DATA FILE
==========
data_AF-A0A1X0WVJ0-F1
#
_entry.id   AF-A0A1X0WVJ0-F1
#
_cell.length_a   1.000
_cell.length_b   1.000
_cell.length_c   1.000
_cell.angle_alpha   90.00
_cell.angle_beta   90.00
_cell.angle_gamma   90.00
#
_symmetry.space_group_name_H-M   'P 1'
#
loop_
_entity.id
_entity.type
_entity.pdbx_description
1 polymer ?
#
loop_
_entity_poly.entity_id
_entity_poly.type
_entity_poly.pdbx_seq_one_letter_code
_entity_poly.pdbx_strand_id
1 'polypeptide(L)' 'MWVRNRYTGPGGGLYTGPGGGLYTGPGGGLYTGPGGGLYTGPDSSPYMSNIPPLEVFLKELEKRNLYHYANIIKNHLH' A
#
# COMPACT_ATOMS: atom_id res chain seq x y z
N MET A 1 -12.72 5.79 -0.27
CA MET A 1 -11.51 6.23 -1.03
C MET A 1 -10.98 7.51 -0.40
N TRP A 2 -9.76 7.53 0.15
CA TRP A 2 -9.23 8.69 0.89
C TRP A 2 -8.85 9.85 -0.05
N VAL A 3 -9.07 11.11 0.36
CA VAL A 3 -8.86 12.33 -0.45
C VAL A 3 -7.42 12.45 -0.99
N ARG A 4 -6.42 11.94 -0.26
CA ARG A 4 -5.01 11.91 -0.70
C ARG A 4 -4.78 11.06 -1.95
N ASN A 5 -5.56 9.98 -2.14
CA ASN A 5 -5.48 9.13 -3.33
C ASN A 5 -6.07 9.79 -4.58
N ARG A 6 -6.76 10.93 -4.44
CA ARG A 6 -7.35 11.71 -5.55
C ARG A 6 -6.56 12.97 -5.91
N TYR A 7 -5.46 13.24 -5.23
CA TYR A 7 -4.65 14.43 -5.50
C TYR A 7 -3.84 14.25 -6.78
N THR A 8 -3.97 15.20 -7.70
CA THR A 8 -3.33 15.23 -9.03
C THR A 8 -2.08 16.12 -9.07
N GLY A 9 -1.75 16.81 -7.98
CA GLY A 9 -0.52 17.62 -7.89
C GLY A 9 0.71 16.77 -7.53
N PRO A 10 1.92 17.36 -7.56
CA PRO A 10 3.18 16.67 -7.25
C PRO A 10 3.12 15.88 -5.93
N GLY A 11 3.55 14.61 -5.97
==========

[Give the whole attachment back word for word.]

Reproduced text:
data_AF-A0A1X0WVJ0-F1
#
_entry.id   AF-A0A1X0WVJ0-F1
#
_cell.length_a   1.000
_cell.length_b   1.000
_cell.length_c   1.000
_cell.angle_alpha   90.00
_cell.angle_beta   90.00
_cell.angle_gamma   90.00
#
_symmetry.space_group_name_H-M   'P 1'
#
loop_
_entity.id
_entity.type
_entity.pdbx_description
1 polymer ?
#
loop_
_entity_poly.entity_id
_entity_poly.type
_entity_poly.pdbx_seq_one_letter_code
_entity_poly.pdbx_strand_id
1 'polypeptide(L)' 'MWVRNRYTGPGGGLYTGPGGGLYTGPGGGLYTGPGGGLYTGPDSSPYMSNIPPLEVFLKELEKRNLYHYANIIKNHLH' A
#
# COMPACT_ATOMS: atom_id res chain seq x y z
N MET A 1 -12.72 5.79 -0.27
CA MET A 1 -11.51 6.23 -1.03
C MET A 1 -10.98 7.51 -0.40
N TRP A 2 -9.76 7.53 0.15
CA TRP A 2 -9.23 8.69 0.89
C TRP A 2 -8.85 9.85 -0.05
N VAL A 3 -9.07 11.11 0.36
CA VAL A 3 -8.86 12.33 -0.45
C VAL A 3 -7.42 12.45 -0.99
N ARG A 4 -6.42 11.94 -0.26
CA ARG A 4 -5.01 11.91 -0.70
C ARG A 4 -4.78 11.06 -1.95
N ASN A 5 -5.56 9.98 -2.14
CA ASN A 5 -5.48 9.13 -3.33
C ASN A 5 -6.07 9.79 -4.58
N ARG A 6 -6.76 10.93 -4.44
CA ARG A 6 -7.35 11.71 -5.55
C ARG A 6 -6.56 12.97 -5.91
N TYR A 7 -5.46 13.24 -5.23
CA TYR A 7 -4.65 14.43 -5.50
C TYR A 7 -3.84 14.25 -6.78
N THR A 8 -3.97 15.20 -7.70
CA THR A 8 -3.33 15.23 -9.03
C THR A 8 -2.08 16.12 -9.07
N GLY A 9 -1.75 16.81 -7.98
CA GLY A 9 -0.52 17.62 -7.89
C GLY A 9 0.71 16.77 -7.53
N PRO A 10 1.92 17.36 -7.56
CA PRO A 10 3.18 16.67 -7.25
C PRO A 10 3.12 15.88 -5.93
N GLY A 11 3.55 14.61 -5.97